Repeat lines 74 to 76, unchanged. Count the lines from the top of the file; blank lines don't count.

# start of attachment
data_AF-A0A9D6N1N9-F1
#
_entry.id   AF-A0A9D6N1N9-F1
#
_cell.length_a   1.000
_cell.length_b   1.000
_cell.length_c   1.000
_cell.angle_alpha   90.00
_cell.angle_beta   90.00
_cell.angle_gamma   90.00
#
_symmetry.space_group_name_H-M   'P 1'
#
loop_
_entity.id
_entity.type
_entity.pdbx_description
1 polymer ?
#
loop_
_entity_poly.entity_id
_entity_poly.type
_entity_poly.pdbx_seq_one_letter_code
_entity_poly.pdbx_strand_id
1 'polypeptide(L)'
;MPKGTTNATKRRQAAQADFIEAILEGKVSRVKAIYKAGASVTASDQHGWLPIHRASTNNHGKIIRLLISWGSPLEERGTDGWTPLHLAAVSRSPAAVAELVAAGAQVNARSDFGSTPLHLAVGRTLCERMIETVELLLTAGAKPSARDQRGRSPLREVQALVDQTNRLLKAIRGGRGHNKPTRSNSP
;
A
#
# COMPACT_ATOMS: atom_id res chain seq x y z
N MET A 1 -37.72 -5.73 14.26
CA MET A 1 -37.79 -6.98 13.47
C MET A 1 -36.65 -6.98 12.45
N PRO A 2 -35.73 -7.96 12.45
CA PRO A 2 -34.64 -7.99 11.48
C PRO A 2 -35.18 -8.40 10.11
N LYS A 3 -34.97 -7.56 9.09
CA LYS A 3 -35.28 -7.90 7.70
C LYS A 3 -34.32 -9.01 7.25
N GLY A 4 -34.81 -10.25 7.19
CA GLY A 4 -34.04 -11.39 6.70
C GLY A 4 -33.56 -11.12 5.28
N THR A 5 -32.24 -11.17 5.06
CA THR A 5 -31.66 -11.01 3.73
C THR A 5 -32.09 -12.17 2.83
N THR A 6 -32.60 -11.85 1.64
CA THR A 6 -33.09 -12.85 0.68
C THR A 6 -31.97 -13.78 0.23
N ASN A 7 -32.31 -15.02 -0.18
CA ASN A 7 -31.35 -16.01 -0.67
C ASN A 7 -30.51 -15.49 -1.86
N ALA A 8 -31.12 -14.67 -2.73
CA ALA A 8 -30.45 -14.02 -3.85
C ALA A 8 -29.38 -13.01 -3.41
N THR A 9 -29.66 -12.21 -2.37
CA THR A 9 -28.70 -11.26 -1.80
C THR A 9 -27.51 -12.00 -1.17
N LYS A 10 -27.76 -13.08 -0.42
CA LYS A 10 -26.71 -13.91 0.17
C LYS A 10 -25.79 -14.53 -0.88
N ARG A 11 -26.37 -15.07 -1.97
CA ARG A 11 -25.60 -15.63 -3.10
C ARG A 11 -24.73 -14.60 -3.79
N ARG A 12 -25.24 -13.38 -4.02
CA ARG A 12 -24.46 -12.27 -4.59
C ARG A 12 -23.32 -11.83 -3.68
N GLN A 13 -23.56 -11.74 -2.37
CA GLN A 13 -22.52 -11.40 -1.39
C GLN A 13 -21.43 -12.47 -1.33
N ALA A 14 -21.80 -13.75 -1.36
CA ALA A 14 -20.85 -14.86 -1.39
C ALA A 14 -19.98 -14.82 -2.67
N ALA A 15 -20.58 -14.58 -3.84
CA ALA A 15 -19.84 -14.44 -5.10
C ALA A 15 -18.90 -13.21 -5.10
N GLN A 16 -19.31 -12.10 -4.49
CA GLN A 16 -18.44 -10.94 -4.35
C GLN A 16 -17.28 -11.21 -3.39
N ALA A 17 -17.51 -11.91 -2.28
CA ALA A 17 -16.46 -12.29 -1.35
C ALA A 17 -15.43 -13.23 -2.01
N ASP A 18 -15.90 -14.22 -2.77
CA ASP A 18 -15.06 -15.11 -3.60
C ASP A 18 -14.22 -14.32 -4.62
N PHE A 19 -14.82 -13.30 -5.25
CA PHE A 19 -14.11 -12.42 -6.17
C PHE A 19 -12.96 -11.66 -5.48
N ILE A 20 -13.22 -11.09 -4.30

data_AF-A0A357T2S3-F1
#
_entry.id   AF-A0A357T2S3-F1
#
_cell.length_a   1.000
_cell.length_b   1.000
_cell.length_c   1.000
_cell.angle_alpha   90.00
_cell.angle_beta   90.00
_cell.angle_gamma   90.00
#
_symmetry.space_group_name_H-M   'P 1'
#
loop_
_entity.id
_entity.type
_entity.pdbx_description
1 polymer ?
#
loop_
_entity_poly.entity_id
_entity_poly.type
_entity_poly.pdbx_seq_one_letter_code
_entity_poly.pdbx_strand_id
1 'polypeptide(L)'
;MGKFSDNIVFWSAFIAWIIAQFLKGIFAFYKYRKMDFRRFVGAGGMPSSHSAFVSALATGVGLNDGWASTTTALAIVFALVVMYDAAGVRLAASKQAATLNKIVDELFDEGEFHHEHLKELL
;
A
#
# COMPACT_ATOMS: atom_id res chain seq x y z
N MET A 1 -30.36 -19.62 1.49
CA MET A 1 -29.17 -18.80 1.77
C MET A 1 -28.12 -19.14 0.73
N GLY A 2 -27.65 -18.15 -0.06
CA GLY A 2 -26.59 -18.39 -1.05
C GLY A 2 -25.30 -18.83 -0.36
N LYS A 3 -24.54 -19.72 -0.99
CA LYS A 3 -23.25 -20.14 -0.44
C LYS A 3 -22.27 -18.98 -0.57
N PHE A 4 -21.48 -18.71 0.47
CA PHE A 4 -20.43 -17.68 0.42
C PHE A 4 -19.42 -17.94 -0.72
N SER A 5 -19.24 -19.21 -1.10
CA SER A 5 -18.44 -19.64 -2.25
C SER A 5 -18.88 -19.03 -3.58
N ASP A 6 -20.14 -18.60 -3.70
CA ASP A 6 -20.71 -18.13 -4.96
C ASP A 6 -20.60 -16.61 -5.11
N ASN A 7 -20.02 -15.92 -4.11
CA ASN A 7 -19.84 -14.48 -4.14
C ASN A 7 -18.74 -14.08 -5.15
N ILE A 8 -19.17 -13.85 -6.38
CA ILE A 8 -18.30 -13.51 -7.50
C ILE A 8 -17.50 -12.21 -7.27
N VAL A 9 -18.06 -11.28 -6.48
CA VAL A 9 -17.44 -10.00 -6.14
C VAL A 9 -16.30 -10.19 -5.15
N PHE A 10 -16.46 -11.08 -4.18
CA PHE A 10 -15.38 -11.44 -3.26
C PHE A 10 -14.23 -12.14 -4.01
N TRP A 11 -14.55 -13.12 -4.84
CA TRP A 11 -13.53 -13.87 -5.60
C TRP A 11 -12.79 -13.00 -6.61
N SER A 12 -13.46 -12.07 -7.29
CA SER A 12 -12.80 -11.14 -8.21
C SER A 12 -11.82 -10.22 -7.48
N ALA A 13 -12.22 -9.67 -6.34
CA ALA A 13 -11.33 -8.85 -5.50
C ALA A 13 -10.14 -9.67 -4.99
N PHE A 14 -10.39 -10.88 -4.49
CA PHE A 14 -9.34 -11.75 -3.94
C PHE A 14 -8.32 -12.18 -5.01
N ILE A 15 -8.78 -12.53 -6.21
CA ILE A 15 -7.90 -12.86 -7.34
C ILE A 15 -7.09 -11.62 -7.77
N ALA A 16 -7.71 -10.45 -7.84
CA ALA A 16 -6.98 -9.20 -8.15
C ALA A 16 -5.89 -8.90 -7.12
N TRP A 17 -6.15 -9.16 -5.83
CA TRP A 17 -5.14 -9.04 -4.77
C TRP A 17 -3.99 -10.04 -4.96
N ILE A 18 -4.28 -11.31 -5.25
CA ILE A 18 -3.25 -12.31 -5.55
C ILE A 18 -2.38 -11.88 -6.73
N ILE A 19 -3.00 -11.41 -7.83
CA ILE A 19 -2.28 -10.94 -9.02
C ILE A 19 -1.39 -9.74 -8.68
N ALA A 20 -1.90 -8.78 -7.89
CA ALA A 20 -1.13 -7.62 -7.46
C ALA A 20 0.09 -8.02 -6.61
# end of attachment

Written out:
CA ALA A 15 -19.84 -14.44 -5.10
C ALA A 15 -18.90 -13.21 -5.10
N GLN A 16 -19.31 -12.10 -4.49